A Haunted Bed In Cornwall: A Terrifying Incident That Foretold A Tragic Accident

Penny Watson from Looe, Cornwall, recalled a terrifying paranormal incident that happened to her in 1976 that she believes foretold the future scenario of a terrible accident and the horrific aftermath that was soon to come.

The terrifying encounter happened just days prior to the horrific accident
The terrifying encounter happened just days prior to the horrific accident

In December 1975, Penny Wing married Julian Watson, who at 26, was two years her senior, and in April 1976 Julian, who was a chef, got a job in Penny's hometown of Looe in Cornwall. They decided that for the short time they would be there they would stay with her parents, who had prepared a room for them. But as so often happens, the initial euphoria of marriage had dulled, and feeling that the difficult transition to a deeper relationship of affection and understanding would perhaps be hindered by living with 'in-laws' Julian decided to take temporary lodgings for himself in the town while Penny stayed with her parents.


A few days after parting, Penny went to bed as usual: she said that she was not tired, but no doubt the emotional episode left her in a tense state; she lay open-eyed in the tiny pink room staring at the ceiling, lit by the glow from the bedside lamp. Suddenly she felt that the bed was moving up and down slightly: she knew that this was ridiculous, and recalling her thoughts from their wanderings she brought them to focus on the present. With her senses taut she sat up in bed and coldly and logically confirmed by both feeling and sight that the bed was indeed rising and falling rhythmically like a boat in a gentle swell. Then almost at once, Penny realised that it was not a wave motion, but breathing... rise... pause... fall... pause... rise... To corroborate further the impression, there began - quietly at first, but gradually intensifying - the sound of air being drawn in, and then expelled. Terrifyingly, this became increasingly laboured and wheezing like an asthmatic or bronchitic struggling for breath. Penny leaped from the bed and stood watching it under the light: the motion and the torturous sounds died away, but the moment she lay down again the sickening movements and the agonised gasping resumed.

With fear, dismay, and incredulity Penny sat up and looked around the little pink room, and at the almost new divan which her father had recently bought at an auction sale rising and falling beneath her. She and Julian had slept in the bed before many times and apart from being a little cramped for his exceptional height, it had always been what it purported to be - a normal divan. Whatever this frightening experience was she had no idea, but she was determined to see it through - and at this point there came a sharp ringing in her ears which almost at once turned into a high-pitched hum like an electric motor running at speed. The hum whined up to a crescendo, and as it became almost unbearable in pitch and intensity, there was a blinding flash of light, which for an instant turned pink into a shadowless glare of brilliant white, and then faded.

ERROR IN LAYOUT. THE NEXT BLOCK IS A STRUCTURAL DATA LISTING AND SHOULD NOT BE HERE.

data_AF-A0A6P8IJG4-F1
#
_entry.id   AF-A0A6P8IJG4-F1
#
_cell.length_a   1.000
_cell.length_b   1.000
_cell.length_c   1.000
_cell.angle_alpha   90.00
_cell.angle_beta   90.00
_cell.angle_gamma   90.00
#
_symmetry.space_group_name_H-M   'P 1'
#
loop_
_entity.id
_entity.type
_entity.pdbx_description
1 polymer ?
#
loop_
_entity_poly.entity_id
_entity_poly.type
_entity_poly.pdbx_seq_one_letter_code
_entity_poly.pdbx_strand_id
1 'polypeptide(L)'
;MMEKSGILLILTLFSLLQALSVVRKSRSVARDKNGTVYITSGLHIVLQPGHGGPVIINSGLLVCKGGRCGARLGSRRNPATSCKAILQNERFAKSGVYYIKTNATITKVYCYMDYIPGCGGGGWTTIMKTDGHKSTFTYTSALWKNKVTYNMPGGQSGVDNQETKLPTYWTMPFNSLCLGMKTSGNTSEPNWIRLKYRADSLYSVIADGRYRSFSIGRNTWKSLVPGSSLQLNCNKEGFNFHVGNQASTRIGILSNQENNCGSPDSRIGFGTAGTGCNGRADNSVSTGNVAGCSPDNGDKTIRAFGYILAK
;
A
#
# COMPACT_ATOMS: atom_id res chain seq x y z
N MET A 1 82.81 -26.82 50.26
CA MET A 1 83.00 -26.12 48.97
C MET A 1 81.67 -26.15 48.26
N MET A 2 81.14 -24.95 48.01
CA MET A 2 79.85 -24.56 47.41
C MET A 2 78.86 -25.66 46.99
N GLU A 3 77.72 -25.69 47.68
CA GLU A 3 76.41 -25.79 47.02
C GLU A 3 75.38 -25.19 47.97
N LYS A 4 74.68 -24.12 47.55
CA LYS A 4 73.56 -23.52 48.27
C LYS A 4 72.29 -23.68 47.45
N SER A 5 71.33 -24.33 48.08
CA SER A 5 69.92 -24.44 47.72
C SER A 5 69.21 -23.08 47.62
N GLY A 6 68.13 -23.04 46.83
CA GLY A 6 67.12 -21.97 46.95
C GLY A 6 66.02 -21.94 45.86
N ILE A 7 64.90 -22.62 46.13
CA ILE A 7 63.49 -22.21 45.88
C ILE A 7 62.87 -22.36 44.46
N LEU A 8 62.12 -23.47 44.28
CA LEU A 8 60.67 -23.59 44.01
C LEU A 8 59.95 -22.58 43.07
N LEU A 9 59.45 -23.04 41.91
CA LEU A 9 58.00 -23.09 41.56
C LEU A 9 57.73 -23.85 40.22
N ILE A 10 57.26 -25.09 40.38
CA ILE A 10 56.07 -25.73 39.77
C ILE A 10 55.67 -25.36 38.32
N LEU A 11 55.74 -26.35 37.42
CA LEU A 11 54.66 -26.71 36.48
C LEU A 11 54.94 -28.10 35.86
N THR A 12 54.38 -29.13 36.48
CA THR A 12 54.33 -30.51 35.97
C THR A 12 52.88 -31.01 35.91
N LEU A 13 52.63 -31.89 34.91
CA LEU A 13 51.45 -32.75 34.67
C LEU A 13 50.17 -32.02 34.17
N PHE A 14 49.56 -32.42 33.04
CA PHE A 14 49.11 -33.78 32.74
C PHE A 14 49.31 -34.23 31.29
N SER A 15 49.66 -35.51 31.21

Sound and motion ceased abruptly, and completely shattered, Penny fled to her twin brother's room. Here, huddled in blankets she poured out her story and heard in return that her father too had slept on the divan, and like her, he had felt a heaving motion. This became so violent that he was thrown on the floor in the night, an incident which had been the source of much family hilarity ever since. Penny, not unnaturally, refused to sleep in the bed again: five days later she was summoned urgently to Freedom Fields Hospital where Julian, who had been thrown from the pillion seat of a motorcycle, lay critically ill with chest injuries. The terrible apprehension for his safety as she entered the hospital turned to horror as she entered the little ward where her husband lay inert, kept alive only by a respirator pumping air into lungs that could no longer do it for themselves. The bellows rose and fell, mechanically forcing some semblance of life into the shattered chest: his tormented breath wheezed harshly at each exhalation. It was a sickening re-enactment of the motions and sounds she herself had experienced only a few days earlier.

To the amazement of the doctors, Julian lived for two weeks in this no-man's-land of existence, fighting to hold on to the world he had enjoyed so much. When not heavily sedated to ease his pain his mind was conscious and logical, and though speech was impossible he could communicate in simple terms by blinking. But even his tremendous willpower was not enough to keep him alive.


Penny wrote: "I am convinced that he has not left this earth as it was all he knew. Though he has not materialised there are lots of things that suggest to me that he is still around, transformed into thoughts and energy - things we cannot see."


The bed, with its awful prophetic powers, was burnt immediately.


Penny Watson, Plymouth


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